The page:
It was devastating because of when it happened, too. It was supposed to be a get-right game for the Cats in Week 2 after opening the year by laying an egg against P.J. Fleck’s Western Michigan squad. Instead, Northwestern fans had to feel like the 2016 season was over before it really even began.
Impressively enough, the Cats still finished the year 7-4 with a bowl victory. All was not lost on that miserable day against Illinois State. Oh, and just in case losing to an FCS squad wasn’t bad enough, that loss aged horribly when ISU struggled to reach 6-6.
Most devastating loss — 2017 at Rutgers
Purdue is actually a really tough team to come up with a devastating loss for because it’s not like there have been many reasons to have expectations high in the pre-Jeff Brohm years of the Playoff era. I thought last year’s Rutgers loss was devastating because expectations were actually pretty high, and that was a “how much progress have we actually made” type of game.
Purdue probably wishes it could have that failed 2-point conversion attempt back (via Big Ten Network):
Before that Rutgers game, Purdue had only lost to the defending Heisman Trophy champ in Indianapolis, No. 8 Michigan and at No. 7 Wisconsin. And they were within 1 score of all of those teams in the fourth quarter. The Rutgers loss was the first bad loss of the Brohm era, and it slowed the hype train down.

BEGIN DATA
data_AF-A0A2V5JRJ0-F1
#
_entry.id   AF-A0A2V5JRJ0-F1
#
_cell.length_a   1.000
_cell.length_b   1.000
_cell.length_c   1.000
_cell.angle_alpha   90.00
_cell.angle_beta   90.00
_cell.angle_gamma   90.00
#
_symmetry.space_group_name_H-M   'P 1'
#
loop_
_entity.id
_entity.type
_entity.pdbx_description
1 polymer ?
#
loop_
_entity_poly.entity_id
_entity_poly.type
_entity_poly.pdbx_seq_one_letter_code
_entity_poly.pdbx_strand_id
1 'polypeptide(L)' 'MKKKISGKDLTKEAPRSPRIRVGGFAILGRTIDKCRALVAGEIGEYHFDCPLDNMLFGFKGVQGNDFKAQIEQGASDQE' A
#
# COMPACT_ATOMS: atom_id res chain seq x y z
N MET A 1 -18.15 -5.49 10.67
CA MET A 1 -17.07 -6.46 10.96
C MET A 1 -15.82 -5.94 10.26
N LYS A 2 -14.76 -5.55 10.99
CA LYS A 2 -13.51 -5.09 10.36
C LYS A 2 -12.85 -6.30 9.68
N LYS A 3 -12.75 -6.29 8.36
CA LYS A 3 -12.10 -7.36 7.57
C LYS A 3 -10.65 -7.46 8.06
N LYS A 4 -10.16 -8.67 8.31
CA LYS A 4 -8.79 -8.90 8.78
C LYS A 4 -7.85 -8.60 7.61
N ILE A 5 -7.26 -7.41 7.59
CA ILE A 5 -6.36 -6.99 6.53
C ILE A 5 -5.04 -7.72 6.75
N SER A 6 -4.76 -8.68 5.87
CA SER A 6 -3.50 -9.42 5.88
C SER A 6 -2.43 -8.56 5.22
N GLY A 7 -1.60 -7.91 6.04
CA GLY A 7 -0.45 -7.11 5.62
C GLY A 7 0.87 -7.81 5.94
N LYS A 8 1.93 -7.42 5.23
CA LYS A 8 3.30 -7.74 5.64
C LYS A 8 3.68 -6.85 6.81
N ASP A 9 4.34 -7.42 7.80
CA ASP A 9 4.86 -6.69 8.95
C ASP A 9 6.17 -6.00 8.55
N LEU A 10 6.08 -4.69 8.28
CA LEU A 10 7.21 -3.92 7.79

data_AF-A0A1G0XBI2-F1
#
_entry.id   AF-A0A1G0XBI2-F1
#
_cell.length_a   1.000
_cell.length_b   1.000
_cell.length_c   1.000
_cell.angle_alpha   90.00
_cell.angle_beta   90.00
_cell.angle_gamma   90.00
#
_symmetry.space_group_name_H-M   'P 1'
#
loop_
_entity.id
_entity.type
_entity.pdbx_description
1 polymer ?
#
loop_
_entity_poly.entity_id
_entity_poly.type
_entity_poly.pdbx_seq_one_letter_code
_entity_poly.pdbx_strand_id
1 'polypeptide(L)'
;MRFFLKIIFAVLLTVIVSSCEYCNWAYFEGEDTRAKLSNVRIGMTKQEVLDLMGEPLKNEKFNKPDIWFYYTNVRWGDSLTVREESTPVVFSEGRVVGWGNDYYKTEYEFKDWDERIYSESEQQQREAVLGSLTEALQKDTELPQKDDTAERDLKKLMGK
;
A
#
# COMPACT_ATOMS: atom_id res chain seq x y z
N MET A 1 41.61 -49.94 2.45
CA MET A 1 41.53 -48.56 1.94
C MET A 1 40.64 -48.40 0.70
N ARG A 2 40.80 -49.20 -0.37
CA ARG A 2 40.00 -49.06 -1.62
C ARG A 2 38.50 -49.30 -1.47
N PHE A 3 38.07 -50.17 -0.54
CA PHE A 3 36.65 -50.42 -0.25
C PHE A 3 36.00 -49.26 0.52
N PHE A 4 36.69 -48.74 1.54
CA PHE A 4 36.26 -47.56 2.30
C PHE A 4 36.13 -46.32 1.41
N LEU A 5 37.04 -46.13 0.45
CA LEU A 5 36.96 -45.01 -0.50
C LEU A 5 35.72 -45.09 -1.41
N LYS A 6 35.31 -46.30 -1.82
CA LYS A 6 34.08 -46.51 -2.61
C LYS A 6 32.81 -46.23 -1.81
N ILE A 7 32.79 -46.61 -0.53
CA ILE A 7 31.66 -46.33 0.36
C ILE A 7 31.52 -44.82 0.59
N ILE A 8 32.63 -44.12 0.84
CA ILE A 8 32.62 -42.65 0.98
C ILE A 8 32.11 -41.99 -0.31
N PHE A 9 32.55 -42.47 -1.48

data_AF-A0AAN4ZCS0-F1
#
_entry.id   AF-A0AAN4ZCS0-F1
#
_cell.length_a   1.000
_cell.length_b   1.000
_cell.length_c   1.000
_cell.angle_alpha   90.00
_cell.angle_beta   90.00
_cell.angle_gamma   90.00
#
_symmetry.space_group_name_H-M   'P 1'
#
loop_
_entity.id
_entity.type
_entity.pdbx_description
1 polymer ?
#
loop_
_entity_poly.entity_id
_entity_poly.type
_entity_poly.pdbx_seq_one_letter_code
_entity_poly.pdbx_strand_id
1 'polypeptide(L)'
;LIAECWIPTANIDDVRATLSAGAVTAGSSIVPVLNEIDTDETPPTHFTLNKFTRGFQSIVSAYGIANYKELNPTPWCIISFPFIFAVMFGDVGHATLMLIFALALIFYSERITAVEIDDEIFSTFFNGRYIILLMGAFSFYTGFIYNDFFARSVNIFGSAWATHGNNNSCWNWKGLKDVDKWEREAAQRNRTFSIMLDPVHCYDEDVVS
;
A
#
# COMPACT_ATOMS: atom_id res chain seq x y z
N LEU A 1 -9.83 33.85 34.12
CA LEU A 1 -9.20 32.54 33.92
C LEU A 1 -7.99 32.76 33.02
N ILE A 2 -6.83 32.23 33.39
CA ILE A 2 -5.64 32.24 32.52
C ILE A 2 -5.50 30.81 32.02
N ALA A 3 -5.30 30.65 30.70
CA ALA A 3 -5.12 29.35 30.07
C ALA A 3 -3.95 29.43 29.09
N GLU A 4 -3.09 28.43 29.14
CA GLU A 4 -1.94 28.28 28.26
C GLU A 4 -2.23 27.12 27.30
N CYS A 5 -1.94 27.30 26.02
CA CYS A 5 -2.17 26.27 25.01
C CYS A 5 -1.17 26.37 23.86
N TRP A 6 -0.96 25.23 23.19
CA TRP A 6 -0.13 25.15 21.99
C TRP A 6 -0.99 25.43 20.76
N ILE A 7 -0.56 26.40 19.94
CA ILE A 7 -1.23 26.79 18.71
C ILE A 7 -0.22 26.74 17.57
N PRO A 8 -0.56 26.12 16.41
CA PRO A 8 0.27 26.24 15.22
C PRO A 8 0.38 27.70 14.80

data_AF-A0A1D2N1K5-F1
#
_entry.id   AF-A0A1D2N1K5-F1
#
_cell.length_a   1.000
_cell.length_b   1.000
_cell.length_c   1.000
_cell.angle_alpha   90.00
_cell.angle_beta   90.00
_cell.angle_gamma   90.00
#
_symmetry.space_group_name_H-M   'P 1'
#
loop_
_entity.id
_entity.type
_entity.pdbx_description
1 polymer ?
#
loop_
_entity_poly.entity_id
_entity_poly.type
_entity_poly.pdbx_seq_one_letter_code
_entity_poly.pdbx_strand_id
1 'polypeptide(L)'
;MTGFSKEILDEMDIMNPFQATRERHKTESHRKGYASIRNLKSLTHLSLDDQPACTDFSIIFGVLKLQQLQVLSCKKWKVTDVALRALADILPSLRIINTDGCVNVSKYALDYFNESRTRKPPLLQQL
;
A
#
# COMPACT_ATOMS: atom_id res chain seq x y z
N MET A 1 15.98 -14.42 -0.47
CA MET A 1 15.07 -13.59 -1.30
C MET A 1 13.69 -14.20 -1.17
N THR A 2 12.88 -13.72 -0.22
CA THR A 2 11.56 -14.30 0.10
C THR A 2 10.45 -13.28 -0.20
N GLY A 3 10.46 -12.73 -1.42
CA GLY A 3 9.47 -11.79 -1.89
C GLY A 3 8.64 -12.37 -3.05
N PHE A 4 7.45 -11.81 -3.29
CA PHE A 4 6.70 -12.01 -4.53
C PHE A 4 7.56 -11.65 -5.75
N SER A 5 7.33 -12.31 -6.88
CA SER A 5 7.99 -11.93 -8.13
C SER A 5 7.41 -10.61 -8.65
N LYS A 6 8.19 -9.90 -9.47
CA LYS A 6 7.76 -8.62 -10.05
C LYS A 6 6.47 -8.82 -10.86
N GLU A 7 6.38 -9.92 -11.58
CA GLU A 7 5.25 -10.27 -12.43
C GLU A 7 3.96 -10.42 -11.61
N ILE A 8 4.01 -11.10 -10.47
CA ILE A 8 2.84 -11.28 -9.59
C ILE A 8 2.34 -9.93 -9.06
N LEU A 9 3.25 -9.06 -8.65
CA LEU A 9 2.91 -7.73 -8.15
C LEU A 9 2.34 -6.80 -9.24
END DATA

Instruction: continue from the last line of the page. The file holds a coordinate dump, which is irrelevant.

(For the record, I’m back on the Purdue hype train.)
Most devastating loss — 2017 B1G Championship vs. Ohio State
Wisconsin, despite all of its success in the 21st century, is always good for that one devastating loss. Usually, it comes in the form of a letdown vs. Northwestern or Iowa. In the 2017 regular season, that didn’t happen. A 12-0 regular season was still full of criticism because of the Badgers’ strength of schedule.
What better way to show the Badgers were legit than by beating Ohio State on a neutral site for a conference title?
That proved to be easier said than done. Even though Wisconsin performed much better than many thought, especially in the second half, it wasn’t enough. Once again, the Badgers were left out of the Playoff.
But hey, devastation in December is a whole lot better than devastation in October.